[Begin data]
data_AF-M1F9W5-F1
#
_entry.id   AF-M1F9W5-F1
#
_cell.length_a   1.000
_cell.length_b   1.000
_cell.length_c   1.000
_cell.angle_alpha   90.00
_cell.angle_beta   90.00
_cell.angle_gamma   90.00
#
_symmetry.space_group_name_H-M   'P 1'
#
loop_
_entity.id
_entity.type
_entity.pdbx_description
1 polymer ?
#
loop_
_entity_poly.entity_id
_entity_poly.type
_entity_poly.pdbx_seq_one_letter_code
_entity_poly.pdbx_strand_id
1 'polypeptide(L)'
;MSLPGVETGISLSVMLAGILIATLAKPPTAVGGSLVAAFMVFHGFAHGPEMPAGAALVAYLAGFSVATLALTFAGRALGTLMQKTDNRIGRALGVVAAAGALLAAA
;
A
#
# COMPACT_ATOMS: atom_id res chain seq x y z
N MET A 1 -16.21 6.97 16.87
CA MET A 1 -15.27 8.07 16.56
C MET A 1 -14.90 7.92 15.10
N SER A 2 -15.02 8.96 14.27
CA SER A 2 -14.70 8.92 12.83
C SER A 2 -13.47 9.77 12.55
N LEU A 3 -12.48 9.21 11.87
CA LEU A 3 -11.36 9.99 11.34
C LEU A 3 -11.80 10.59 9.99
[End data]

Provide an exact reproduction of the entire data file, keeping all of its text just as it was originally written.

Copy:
data_AF-M1F9W5-F1
#
_entry.id   AF-M1F9W5-F1
#
_cell.length_a   1.000
_cell.length_b   1.000
_cell.length_c   1.000
_cell.angle_alpha   90.00
_cell.angle_beta   90.00
_cell.angle_gamma   90.00
#
_symmetry.space_group_name_H-M   'P 1'
#
loop_
_entity.id
_entity.type
_entity.pdbx_description
1 polymer ?
#
loop_
_entity_poly.entity_id
_entity_poly.type
_entity_poly.pdbx_seq_one_letter_code
_entity_poly.pdbx_strand_id
1 'polypeptide(L)'
;MSLPGVETGISLSVMLAGILIATLAKPPTAVGGSLVAAFMVFHGFAHGPEMPAGAALVAYLAGFSVATLALTFAGRALGTLMQKTDNRIGRALGVVAAAGALLAAA
;
A
#
# COMPACT_ATOMS: atom_id res chain seq x y z
N MET A 1 -16.21 6.97 16.87
CA MET A 1 -15.27 8.07 16.56
C MET A 1 -14.90 7.92 15.10
N SER A 2 -15.02 8.96 14.27
CA SER A 2 -14.70 8.92 12.83
C SER A 2 -13.47 9.77 12.55
N LEU A 3 -12.48 9.21 11.87
CA LEU A 3 -11.36 9.99 11.34
C LEU A 3 -11.80 10.59 9.99